by Jim Ridley
"It's a good month to be a Nashville theatergoer, with several thought-provoking regional premieres gracing area stages," theater critic Martin Brady writes in this week's Scene. For your weekend planning, here's are two current productions Brady recommends, starting with raves for Tennessee Repertory Theatre's Dr. Jekyll and Mr. Hyde at TPAC:
Jeffrey Hatcher's adaptation of the timeless Robert Louis Stevenson story calls for a single red door as the signature set piece — the focal point for the play's many scene changes. Scenic designer Gary Hoff takes that cue and goes wild, filling the Johnson Theater with red doors stacked upon red doors, with some floating in space above the misty playing area, thus providing an eye-catching setting for a potent science-fiction drama reimagined to high theatrical effect.
Peter Vann makes his Rep directorial debut a successful one, and it doesn't hurt that his cast comprises some of Music City's hottest players, including Amanda Card-McCoy, Matthew Carlton, David Compton, Jamie Farmer, and making his Rep mainstage debut, Chris Bosen.
"Less frightening but just as intellectually stimulating as Dr. Jekyll and Mr. Hyde is John Logan's Red," Brady writes, which ends its run Saturday at Shamblin Theatre in a production co-sponsored by Blackbird Theater and Lipscomb University:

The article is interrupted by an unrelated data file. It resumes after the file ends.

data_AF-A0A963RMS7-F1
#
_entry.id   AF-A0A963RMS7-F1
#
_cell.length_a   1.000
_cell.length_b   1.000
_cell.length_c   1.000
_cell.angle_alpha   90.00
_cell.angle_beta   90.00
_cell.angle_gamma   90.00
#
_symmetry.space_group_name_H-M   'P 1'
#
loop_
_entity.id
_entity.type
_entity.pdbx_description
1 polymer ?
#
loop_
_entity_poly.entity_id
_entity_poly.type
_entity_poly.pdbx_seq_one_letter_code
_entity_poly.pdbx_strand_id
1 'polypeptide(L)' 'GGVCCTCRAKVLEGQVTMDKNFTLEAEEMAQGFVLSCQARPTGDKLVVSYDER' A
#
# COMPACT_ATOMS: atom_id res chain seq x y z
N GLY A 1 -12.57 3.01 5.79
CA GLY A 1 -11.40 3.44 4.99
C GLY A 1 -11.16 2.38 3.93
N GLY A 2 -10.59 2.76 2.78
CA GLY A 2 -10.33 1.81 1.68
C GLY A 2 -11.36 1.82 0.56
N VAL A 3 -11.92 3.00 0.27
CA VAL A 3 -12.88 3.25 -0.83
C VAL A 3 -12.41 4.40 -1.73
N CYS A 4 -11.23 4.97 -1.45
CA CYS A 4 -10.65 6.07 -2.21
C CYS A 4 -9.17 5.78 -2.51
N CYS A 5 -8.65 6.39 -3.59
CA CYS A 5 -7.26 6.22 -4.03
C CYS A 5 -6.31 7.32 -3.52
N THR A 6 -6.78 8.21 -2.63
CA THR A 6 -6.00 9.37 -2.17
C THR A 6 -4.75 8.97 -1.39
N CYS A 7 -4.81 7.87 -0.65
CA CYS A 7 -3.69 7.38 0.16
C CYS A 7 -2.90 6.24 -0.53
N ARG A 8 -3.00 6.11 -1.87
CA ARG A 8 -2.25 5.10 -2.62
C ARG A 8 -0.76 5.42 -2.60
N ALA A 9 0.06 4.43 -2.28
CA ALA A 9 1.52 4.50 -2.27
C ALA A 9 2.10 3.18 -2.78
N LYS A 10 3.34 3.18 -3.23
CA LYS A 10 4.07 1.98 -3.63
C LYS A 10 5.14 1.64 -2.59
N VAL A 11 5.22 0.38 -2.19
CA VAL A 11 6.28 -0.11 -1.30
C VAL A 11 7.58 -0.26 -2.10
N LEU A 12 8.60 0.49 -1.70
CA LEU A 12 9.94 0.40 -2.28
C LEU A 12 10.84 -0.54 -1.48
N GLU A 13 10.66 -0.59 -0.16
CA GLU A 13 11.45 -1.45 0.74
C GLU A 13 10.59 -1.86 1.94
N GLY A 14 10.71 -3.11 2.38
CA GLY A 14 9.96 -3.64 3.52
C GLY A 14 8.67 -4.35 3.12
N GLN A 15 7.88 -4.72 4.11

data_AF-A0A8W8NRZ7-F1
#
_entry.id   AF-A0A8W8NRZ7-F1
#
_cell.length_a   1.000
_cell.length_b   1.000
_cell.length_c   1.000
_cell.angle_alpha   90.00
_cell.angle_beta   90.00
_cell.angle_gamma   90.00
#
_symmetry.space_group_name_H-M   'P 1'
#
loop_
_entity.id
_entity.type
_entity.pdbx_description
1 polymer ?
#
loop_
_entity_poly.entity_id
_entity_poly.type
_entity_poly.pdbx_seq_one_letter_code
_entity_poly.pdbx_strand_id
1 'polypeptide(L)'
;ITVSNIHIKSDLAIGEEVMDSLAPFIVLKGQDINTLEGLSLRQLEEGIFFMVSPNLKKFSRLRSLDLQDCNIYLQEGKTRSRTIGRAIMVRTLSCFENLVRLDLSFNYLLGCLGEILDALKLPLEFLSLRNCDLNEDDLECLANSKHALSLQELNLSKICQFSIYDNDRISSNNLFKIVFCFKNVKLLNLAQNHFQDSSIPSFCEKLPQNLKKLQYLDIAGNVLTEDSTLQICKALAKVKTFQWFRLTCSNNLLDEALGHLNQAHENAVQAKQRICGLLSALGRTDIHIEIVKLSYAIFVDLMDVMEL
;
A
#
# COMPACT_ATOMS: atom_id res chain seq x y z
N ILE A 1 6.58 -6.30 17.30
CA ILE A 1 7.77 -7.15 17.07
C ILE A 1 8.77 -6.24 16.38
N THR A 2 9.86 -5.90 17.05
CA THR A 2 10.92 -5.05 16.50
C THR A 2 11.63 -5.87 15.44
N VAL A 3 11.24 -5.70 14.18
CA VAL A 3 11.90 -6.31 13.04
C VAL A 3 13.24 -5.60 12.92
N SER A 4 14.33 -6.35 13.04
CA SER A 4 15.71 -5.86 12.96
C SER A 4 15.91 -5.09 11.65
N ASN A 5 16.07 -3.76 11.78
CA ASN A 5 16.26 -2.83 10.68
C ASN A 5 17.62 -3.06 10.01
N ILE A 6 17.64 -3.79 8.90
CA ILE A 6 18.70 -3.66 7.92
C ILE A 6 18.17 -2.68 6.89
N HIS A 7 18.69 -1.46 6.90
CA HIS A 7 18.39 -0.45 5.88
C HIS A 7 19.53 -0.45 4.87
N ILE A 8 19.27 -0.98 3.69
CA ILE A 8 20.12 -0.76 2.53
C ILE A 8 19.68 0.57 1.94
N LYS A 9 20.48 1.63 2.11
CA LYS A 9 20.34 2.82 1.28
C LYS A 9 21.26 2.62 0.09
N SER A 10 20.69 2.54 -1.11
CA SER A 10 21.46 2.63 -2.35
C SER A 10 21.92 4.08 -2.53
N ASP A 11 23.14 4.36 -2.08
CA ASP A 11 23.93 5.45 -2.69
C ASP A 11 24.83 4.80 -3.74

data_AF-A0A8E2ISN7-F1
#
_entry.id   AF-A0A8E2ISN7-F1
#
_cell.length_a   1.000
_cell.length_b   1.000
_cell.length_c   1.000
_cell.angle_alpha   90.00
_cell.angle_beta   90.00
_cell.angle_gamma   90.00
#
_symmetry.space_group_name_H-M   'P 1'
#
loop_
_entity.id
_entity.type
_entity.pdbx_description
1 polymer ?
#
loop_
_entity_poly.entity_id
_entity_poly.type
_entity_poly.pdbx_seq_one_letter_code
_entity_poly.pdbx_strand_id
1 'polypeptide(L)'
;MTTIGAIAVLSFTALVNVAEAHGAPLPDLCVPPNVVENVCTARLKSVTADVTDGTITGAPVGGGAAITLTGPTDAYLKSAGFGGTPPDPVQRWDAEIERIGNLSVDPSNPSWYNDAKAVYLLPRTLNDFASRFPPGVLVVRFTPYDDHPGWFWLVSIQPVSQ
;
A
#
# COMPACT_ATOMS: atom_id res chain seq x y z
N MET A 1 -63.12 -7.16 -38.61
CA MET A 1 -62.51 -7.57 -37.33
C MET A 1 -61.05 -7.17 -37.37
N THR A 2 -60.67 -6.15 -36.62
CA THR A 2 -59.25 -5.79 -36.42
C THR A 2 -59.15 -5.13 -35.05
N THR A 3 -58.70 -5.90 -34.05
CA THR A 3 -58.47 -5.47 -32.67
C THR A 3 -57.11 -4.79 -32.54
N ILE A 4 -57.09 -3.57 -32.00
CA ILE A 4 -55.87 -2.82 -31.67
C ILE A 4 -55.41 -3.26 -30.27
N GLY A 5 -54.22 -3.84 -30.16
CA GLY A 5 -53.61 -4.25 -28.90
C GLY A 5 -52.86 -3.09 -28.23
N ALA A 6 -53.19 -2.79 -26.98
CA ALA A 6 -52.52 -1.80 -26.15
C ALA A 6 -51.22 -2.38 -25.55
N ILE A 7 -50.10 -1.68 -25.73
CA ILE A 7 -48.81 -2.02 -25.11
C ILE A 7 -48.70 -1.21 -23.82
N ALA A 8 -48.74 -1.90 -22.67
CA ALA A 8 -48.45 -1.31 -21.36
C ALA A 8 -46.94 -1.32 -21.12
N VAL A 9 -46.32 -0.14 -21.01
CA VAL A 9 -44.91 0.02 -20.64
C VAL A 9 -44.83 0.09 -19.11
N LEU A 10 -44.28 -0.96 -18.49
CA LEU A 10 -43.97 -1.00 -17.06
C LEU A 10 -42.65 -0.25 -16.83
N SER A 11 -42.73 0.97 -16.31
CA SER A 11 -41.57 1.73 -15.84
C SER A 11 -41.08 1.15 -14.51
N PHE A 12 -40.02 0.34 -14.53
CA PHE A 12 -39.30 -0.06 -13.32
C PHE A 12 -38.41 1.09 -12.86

Here Logan takes on Mark Rothko, a Russian-American painter identified with the abstract expressionism movement but who firmly resisted such categorization. In Logan's play, it's 1958, and Rothko is creating a series of murals commissioned for New York's Four Seasons restaurant. Completing the work will earn him $35,000, and Rothko becomes increasingly frenzied as he considers the meaning of his art and its greater impact on the viewing public.
Enter a young assistant, a painter named Ken, who endures Rothko's egoism and oppressive self-centeredness while helping him conceive and execute his canvases, and eventually challenges the master's decision to exhibit his work in a tony restaurant catering to the well-to-do. (What happened to the Rothko pieces is now a matter of public record — the artist refused to hang them at the Four Seasons, and they were subsequently dispersed to museums in London, Washington and Sakura, Japan.) ...
Lipscomb theater department chairman Mike Fernandez directs the two-man cast, handing Ronnie Meek the daunting task of portraying Rothko and finding "tragedy in every brushstroke." Meek affects Rothko's Russian accent, stomps about the stage pontificating irascibly, spouts windy aphorisms, drinks and smokes devotedly, and opines on Nietzsche, Pollock, Picasso and more. Later, as he pushes through his grand delusion, he verbally abuses his protégé, played with vigor and sensitivity by Justin Boccitto. Boccitto's character, it turns out, has a personal story that eclipses Rothko's for pained inspiration.